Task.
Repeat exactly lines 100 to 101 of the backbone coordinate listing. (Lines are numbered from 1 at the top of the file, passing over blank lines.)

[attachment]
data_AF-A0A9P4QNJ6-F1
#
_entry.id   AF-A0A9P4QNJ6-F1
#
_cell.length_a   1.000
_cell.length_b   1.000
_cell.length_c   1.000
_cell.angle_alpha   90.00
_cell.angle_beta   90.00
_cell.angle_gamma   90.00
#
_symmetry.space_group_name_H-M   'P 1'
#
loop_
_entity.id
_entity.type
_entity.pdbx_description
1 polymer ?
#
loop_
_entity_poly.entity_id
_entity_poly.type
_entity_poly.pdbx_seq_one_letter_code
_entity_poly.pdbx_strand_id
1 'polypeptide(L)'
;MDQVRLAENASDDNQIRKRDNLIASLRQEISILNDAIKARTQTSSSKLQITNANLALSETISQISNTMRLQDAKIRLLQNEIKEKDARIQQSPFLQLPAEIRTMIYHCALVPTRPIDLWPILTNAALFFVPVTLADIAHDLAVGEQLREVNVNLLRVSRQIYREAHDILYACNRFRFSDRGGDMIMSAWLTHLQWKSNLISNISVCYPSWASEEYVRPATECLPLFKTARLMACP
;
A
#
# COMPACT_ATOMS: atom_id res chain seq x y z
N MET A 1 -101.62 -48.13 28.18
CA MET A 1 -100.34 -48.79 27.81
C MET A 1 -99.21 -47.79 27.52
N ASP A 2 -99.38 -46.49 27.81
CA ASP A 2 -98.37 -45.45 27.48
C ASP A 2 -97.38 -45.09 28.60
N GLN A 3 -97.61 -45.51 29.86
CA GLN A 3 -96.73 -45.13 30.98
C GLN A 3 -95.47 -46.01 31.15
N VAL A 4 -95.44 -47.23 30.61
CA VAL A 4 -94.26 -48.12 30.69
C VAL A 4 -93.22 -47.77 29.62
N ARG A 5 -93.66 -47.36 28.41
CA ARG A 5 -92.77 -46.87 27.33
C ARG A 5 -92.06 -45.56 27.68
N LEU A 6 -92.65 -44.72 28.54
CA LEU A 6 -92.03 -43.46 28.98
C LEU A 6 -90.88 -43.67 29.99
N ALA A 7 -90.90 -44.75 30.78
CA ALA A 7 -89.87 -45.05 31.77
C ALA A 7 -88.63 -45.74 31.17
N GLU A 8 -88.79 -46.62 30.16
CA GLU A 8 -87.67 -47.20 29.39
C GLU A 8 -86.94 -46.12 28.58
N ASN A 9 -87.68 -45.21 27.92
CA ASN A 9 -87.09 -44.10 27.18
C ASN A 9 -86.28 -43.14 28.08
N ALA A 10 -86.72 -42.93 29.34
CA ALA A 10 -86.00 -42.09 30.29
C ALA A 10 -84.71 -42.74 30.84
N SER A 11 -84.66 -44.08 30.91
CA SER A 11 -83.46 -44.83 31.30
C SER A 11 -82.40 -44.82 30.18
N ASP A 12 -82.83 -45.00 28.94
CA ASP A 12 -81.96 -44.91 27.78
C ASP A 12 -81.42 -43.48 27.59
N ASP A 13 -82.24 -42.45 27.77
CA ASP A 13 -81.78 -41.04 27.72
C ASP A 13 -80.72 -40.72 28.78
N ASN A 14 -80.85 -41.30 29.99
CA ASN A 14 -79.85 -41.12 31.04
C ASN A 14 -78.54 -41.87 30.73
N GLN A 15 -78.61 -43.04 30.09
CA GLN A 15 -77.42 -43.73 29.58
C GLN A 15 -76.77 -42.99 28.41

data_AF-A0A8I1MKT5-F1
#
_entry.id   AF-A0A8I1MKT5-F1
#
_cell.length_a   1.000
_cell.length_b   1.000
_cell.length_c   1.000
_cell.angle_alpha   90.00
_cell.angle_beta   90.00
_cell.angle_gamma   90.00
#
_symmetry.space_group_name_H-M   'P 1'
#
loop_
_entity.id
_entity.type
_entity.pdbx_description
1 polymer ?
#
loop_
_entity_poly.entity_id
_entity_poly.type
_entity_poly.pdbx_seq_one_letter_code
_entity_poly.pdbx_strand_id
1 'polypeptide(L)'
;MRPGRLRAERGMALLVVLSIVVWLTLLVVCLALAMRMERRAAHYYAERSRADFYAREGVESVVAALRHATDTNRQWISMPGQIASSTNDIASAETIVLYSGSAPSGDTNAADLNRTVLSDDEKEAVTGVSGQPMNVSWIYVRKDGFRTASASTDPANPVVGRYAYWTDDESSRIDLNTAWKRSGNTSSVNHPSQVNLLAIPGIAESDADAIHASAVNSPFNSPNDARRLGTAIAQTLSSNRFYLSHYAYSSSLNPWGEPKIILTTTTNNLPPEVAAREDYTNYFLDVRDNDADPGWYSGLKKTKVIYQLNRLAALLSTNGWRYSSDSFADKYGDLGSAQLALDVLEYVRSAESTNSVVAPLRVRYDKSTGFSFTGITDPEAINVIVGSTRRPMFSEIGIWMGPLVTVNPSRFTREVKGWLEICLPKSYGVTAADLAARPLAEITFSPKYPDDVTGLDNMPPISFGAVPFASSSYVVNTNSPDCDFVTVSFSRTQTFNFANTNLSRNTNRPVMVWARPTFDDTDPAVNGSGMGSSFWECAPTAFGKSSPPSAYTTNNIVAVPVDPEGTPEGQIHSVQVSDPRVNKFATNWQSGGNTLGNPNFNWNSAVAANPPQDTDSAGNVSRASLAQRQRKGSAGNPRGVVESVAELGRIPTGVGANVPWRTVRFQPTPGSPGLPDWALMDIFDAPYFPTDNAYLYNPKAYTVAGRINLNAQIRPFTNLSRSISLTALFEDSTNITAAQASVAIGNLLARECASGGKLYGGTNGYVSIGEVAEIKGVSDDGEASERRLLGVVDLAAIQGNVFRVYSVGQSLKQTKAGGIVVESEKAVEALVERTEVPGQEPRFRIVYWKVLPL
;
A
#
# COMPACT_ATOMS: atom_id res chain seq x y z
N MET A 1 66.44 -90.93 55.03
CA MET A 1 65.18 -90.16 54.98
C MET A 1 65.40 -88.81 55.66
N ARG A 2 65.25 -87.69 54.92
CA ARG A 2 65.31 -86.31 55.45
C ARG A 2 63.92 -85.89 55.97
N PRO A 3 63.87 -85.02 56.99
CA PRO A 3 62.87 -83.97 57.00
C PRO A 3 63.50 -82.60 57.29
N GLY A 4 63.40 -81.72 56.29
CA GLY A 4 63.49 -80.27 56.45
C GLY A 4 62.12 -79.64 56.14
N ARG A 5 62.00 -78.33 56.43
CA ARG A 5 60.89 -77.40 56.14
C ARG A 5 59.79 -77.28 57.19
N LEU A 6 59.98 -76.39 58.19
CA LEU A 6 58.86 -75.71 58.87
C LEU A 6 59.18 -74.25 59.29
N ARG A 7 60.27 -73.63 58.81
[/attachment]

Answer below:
1 'polypeptide(L)'
;MRPGRLRAERGMALLVVLSIVVWLTLLVVCLALAMRMERRAAHYYAERSRADFYAREGVESVVAALRHATDTNRQWISMPGQIASSTNDIASAETIVLYSGSAPSGDTNAADLNRTVLSDDEKEAVTGVSGQPMNVSWIYVRKDGFRTASASTDPANPVVGRYAYWTDDESSRIDLNTAWKRSGNTSSVNHPSQVNLLAIPGIAESDADAIHASAVNSPFNSPNDARRLGTAIAQTLSSNRFYLSHYAYSSSLNPWGEPKIILTTTTNNLPPEVAAREDYTNYFLDVRDNDADPGWYSGLKKTKVIYQLNRLAALLSTNGWRYSSDSFADKYGDLGSAQLALDVLEYVRSAESTNSVVAPLRVRYDKSTGFSFTGITDPEAINVIVGSTRRPMFSEIGIWMGPLVTVNPSRFTREVKGWLEICLPKSYGVTAADLAARPLAEITFSPKYPDDVTGLDNMPPISFGAVPFASSSYVVNTNSPDCDFVTVSFSRTQTFNFANTNLSRNTNRPVMVWARPTFDDTDPAVNGSGMGSSFWECAPTAFGKSSPPSAYTTNNIVAVPVDPEGTPEGQIHSVQVSDPRVNKFATNWQSGGNTLGNPNFNWNSAVAANPPQDTDSAGNVSRASLAQRQRKGSAGNPRGVVESVAELGRIPTGVGANVPWRTVRFQPTPGSPGLPDWALMDIFDAPYFPTDNAYLYNPKAYTVAGRINLNAQIRPFTNLSRSISLTALFEDSTNITAAQASVAIGNLLARECASGGKLYGGTNGYVSIGEVAEIKGVSDDGEASERRLLGVVDLAAIQGNVFRVYSVGQSLKQTKAGGIVVESEKAVEALVERTEVPGQEPRFRIVYWKVLPL